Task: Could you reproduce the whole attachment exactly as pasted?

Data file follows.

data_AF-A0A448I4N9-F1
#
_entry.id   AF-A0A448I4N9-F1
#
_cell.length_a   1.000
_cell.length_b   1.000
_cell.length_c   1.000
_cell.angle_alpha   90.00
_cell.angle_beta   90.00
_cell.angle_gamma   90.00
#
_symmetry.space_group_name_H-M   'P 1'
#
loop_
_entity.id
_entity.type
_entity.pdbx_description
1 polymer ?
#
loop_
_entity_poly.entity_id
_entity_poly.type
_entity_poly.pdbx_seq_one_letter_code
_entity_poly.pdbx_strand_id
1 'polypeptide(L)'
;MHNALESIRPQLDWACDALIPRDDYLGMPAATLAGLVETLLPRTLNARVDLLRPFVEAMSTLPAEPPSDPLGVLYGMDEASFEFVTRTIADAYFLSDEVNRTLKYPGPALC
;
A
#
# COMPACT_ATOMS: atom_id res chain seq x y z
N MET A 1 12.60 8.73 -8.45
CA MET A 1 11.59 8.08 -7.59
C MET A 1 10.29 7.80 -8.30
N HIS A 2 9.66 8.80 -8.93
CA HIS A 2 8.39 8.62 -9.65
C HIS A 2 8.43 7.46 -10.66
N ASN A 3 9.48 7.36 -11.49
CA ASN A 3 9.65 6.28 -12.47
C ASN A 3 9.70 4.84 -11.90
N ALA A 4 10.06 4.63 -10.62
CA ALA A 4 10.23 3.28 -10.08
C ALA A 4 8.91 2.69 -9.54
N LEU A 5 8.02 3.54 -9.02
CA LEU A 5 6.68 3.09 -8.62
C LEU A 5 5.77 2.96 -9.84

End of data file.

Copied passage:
data_AF-A0A448I4N9-F1
#
_entry.id   AF-A0A448I4N9-F1
#
_cell.length_a   1.000
_cell.length_b   1.000
_cell.length_c   1.000
_cell.angle_alpha   90.00
_cell.angle_beta   90.00
_cell.angle_gamma   90.00
#
_symmetry.space_group_name_H-M   'P 1'
#
loop_
_entity.id
_entity.type
_entity.pdbx_description
1 polymer ?
#
loop_
_entity_poly.entity_id
_entity_poly.type
_entity_poly.pdbx_seq_one_letter_code
_entity_poly.pdbx_strand_id
1 'polypeptide(L)'
;MHNALESIRPQLDWACDALIPRDDYLGMPAATLAGLVETLLPRTLNARVDLLRPFVEAMSTLPAEPPSDPLGVLYGMDEASFEFVTRTIADAYFLSDEVNRTLKYPGPALC
;
A
#
# COMPACT_ATOMS: atom_id res chain seq x y z
N MET A 1 12.60 8.73 -8.45
CA MET A 1 11.59 8.08 -7.59
C MET A 1 10.29 7.80 -8.30
N HIS A 2 9.66 8.80 -8.93
CA HIS A 2 8.39 8.62 -9.65
C HIS A 2 8.43 7.46 -10.66
N ASN A 3 9.48 7.36 -11.49
CA ASN A 3 9.65 6.28 -12.47
C ASN A 3 9.70 4.84 -11.90
N ALA A 4 10.06 4.63 -10.62
CA ALA A 4 10.23 3.28 -10.08
C ALA A 4 8.91 2.69 -9.54
N LEU A 5 8.02 3.54 -9.02
CA LEU A 5 6.68 3.09 -8.62
C LEU A 5 5.77 2.96 -9.84